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Speculum Romanae Magnificentiae: Roman Naval Battle

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Speculum Romanae Magnificentiae: Roman Naval Battle

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The Speculum Romanae Magnificentiae is a collection of engravings of Rome and Roman antiquities, the core of which consists of prints published by Antonio Lafreri and gathered under a title page he printed in the mid-1570's. Copies of the Speculum vary greatly in the number of prints, and individual prints were reissued and changed over time.

The first recorded sea battle occurred about 1210 BC: Hittites defeated and burned the Cyprus fleet. Athens protected itself from Persia by building a fleet paid for by silver mines profits. Romans developed the technique of grappling and boarding enemy ships with soldiers. Constantinople invented a Greek fire, a flamethrower to burn enemy's ships. Torpedo was invented by the Arab Hasan al-Rammah in 1275. With the Age of Discovery, naval actions in defense of the new colonies grew in scale. In 1588, Spain sent Armada to subdue the English fleet of Elizabeth, but Admiral Sir Charles Howard won the battle, marking the rise of the Pax Britannica. Anglo-Dutch Wars were the first wars to be conducted entirely at sea. Most memorable of these battles was the raid on the Medway, in which the Dutch sailed up the river Thames, and destroyed most of the British fleet. The 18th century was a period of continuous naval wars, in the Mediterranean, in the Atlantic Ocean, and in the Baltic Sea. The Napoleonic Wars culminating in the Battle of Trafalgar in 1805. With the advent of the steamship, it became possible to create massive gun platforms and to provide them with heavy armor protection. The battle of the CSS Virginia and USS Monitor in the American Civil War that symbolized the changing times. In the 20th century, the steel-armored battleships with large shell turret guns emerged. The Russo-Japanese Battle of Tsushima in 1905 was the first test of the new concepts, resulting in Japanese victory. Airpower became key to navies throughout the 20th century, moving to jets launched from ever-larger carriers, and augmented by cruisers armed with guided missiles and cruise missiles. During the Pacific War of World War II, the carriers and their airplanes were the stars and the United States became the world's dominant sea power. The Falklands War, however, showed the vulnerability of modern ships to sea-skimming missiles. Parallel to the development of naval aviation was the development of submarines. In the 1950s the Cold War inspired the development of ballistic missile submarines.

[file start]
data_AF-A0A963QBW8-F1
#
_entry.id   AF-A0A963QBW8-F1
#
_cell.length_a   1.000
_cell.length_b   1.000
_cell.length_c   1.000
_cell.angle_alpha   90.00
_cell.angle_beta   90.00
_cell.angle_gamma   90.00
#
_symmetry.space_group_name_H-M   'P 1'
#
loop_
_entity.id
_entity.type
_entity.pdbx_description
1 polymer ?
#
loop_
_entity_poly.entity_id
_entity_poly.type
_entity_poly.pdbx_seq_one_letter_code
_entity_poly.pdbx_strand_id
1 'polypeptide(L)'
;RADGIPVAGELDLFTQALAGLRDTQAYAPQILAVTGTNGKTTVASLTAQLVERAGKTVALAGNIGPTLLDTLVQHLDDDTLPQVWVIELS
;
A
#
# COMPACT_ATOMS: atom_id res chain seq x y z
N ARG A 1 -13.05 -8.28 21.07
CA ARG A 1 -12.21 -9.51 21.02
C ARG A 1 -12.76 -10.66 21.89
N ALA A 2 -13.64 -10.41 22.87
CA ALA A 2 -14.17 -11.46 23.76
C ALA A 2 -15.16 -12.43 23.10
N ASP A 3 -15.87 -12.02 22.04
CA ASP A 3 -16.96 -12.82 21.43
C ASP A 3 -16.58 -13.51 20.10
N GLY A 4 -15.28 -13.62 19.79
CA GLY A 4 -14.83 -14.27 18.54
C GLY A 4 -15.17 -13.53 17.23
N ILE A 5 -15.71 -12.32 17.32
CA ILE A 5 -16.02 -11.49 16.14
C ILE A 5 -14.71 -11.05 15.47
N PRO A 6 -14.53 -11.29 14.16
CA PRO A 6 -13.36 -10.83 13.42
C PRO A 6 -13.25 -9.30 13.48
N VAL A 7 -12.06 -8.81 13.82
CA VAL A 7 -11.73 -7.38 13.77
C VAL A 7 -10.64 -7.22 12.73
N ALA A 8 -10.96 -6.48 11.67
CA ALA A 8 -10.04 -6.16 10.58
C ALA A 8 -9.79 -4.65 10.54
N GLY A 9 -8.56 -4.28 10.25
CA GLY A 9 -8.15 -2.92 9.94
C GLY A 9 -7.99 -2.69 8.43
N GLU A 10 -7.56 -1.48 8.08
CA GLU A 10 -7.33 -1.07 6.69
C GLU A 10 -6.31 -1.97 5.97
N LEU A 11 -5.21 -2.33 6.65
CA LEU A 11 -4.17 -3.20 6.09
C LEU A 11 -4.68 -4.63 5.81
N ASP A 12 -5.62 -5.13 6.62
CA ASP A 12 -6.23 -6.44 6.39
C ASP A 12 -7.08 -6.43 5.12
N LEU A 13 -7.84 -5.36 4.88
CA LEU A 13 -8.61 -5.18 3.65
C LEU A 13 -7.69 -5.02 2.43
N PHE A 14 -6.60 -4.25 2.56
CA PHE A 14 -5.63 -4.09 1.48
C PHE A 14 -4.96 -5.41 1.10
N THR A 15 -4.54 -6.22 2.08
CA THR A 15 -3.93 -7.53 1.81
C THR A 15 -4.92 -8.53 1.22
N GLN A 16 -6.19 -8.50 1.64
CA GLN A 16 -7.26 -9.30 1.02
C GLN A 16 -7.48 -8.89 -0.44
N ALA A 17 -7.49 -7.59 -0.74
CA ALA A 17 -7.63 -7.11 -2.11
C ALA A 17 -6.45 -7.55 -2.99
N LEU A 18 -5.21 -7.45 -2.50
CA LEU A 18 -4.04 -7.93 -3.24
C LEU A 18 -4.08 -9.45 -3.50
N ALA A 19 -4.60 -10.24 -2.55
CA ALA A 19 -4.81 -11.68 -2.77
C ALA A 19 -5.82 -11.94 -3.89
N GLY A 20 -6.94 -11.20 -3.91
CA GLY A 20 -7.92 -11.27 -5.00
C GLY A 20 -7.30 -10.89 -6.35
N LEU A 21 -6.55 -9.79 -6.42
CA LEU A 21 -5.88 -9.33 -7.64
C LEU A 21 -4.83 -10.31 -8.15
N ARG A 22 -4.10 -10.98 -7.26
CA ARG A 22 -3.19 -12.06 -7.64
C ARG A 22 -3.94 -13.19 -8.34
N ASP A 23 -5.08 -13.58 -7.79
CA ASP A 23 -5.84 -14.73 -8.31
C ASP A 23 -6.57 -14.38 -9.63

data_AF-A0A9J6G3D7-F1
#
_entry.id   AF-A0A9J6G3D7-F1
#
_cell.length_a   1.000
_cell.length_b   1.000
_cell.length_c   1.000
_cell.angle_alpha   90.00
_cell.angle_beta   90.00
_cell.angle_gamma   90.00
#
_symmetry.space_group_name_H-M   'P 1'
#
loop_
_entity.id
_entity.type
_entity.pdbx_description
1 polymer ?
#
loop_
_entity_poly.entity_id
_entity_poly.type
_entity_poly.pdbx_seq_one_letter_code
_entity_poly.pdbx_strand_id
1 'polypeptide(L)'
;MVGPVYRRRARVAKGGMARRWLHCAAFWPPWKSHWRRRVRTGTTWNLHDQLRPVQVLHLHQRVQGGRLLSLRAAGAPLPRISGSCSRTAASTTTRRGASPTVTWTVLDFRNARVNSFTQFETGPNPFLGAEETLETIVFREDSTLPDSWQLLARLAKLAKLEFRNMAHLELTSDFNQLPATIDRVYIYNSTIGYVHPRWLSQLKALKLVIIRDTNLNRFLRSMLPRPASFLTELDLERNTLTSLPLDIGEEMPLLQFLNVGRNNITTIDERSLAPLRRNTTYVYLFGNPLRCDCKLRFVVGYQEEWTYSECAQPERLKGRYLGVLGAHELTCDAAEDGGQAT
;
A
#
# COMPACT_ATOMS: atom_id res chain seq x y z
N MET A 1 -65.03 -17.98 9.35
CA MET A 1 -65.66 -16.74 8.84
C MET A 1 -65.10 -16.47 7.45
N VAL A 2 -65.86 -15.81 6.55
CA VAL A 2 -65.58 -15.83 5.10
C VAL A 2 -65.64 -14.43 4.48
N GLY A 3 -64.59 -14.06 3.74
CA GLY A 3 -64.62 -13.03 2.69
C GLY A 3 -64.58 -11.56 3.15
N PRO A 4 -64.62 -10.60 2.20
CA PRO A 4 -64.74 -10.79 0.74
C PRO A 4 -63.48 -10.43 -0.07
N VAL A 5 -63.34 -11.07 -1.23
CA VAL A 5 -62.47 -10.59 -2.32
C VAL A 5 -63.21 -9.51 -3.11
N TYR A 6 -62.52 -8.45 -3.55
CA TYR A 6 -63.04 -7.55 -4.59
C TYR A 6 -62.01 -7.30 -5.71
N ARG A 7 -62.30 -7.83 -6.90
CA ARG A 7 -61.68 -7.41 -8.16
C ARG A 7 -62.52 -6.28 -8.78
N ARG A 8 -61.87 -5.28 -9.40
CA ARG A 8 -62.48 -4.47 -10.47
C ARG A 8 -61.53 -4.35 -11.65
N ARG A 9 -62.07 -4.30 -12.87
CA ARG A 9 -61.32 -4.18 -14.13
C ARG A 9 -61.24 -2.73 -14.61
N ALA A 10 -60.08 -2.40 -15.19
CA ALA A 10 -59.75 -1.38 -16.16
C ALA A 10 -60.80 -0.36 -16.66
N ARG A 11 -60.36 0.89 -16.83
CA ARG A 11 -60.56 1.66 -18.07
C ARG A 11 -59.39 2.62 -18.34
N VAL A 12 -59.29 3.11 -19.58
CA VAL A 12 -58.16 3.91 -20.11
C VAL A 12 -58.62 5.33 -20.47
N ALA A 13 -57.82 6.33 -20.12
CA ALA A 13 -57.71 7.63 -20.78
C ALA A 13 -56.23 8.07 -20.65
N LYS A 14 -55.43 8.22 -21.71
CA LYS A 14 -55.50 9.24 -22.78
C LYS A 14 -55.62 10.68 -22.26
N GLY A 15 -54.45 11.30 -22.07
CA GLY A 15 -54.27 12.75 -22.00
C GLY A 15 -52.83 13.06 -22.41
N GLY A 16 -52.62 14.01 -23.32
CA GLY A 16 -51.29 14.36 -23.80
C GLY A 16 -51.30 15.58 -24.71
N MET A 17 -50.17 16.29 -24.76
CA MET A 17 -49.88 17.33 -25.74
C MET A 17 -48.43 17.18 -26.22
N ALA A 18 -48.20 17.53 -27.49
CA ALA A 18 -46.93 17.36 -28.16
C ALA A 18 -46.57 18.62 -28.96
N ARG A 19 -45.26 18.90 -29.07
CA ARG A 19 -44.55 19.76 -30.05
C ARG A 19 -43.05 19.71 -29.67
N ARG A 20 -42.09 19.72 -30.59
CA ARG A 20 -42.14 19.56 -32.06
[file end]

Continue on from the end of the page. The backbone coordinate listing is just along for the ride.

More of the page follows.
Renaissance representation of classical ruins was a symbol of antiquity, enlightenment, and lost knowledge. Ruins spoke to the passage of time. The greatest subject for ruin artists was the overgrown and crumbling Classical Rome remains. Forum and the Colosseum, Pantheon, and the Appian Way. Initially, art representations of Rome were realistic, but soon the imagination of artists took flight. Roman ruins were scattered around the city, but frustrated artists began placing them in more pleasing arrangements. Capriccio was a style of imaginary scenes of buildings and ruins.

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Date

1500 - 1599
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Source

Metropolitan Museum of Art
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Public Domain Dedication (CC0)

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